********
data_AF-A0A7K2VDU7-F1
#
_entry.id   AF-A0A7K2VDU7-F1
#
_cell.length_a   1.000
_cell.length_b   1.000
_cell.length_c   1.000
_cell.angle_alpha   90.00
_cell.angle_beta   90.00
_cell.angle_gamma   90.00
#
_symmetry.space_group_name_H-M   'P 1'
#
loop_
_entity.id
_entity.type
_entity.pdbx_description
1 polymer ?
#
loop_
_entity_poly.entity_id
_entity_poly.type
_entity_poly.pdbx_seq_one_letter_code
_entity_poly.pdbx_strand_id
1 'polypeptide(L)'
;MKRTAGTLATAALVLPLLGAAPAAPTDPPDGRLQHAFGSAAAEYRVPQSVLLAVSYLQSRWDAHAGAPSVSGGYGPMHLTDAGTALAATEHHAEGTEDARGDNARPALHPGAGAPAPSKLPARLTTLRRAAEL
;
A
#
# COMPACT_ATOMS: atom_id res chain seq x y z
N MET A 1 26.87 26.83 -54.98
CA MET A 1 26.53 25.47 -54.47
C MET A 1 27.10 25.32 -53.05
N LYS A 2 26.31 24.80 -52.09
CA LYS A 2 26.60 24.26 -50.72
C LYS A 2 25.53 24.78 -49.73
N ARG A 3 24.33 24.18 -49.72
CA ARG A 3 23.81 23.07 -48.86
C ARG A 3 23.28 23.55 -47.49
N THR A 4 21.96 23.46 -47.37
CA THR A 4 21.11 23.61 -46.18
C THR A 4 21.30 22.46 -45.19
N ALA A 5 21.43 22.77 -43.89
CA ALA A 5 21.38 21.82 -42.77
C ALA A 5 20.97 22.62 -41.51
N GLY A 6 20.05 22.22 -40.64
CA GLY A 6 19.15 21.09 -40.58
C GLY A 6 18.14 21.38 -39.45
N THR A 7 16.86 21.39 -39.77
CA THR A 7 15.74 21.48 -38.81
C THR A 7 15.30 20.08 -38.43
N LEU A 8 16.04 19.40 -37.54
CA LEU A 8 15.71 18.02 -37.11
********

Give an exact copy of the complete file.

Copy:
data_AF-A0A7K2VDU7-F1
#
_entry.id   AF-A0A7K2VDU7-F1
#
_cell.length_a   1.000
_cell.length_b   1.000
_cell.length_c   1.000
_cell.angle_alpha   90.00
_cell.angle_beta   90.00
_cell.angle_gamma   90.00
#
_symmetry.space_group_name_H-M   'P 1'
#
loop_
_entity.id
_entity.type
_entity.pdbx_description
1 polymer ?
#
loop_
_entity_poly.entity_id
_entity_poly.type
_entity_poly.pdbx_seq_one_letter_code
_entity_poly.pdbx_strand_id
1 'polypeptide(L)'
;MKRTAGTLATAALVLPLLGAAPAAPTDPPDGRLQHAFGSAAAEYRVPQSVLLAVSYLQSRWDAHAGAPSVSGGYGPMHLTDAGTALAATEHHAEGTEDARGDNARPALHPGAGAPAPSKLPARLTTLRRAAEL
;
A
#
# COMPACT_ATOMS: atom_id res chain seq x y z
N MET A 1 26.87 26.83 -54.98
CA MET A 1 26.53 25.47 -54.47
C MET A 1 27.10 25.32 -53.05
N LYS A 2 26.31 24.80 -52.09
CA LYS A 2 26.60 24.26 -50.72
C LYS A 2 25.53 24.78 -49.73
N ARG A 3 24.33 24.18 -49.72
CA ARG A 3 23.81 23.07 -48.86
C ARG A 3 23.28 23.55 -47.49
N THR A 4 21.96 23.46 -47.37
CA THR A 4 21.11 23.61 -46.18
C THR A 4 21.30 22.46 -45.19
N ALA A 5 21.43 22.77 -43.89
CA ALA A 5 21.38 21.82 -42.77
C ALA A 5 20.97 22.62 -41.51
N GLY A 6 20.05 22.22 -40.64
CA GLY A 6 19.15 21.09 -40.58
C GLY A 6 18.14 21.38 -39.45
N THR A 7 16.86 21.39 -39.77
CA THR A 7 15.74 21.48 -38.81
C THR A 7 15.30 20.08 -38.43
N LEU A 8 16.04 19.40 -37.54
CA LEU A 8 15.71 18.02 -37.11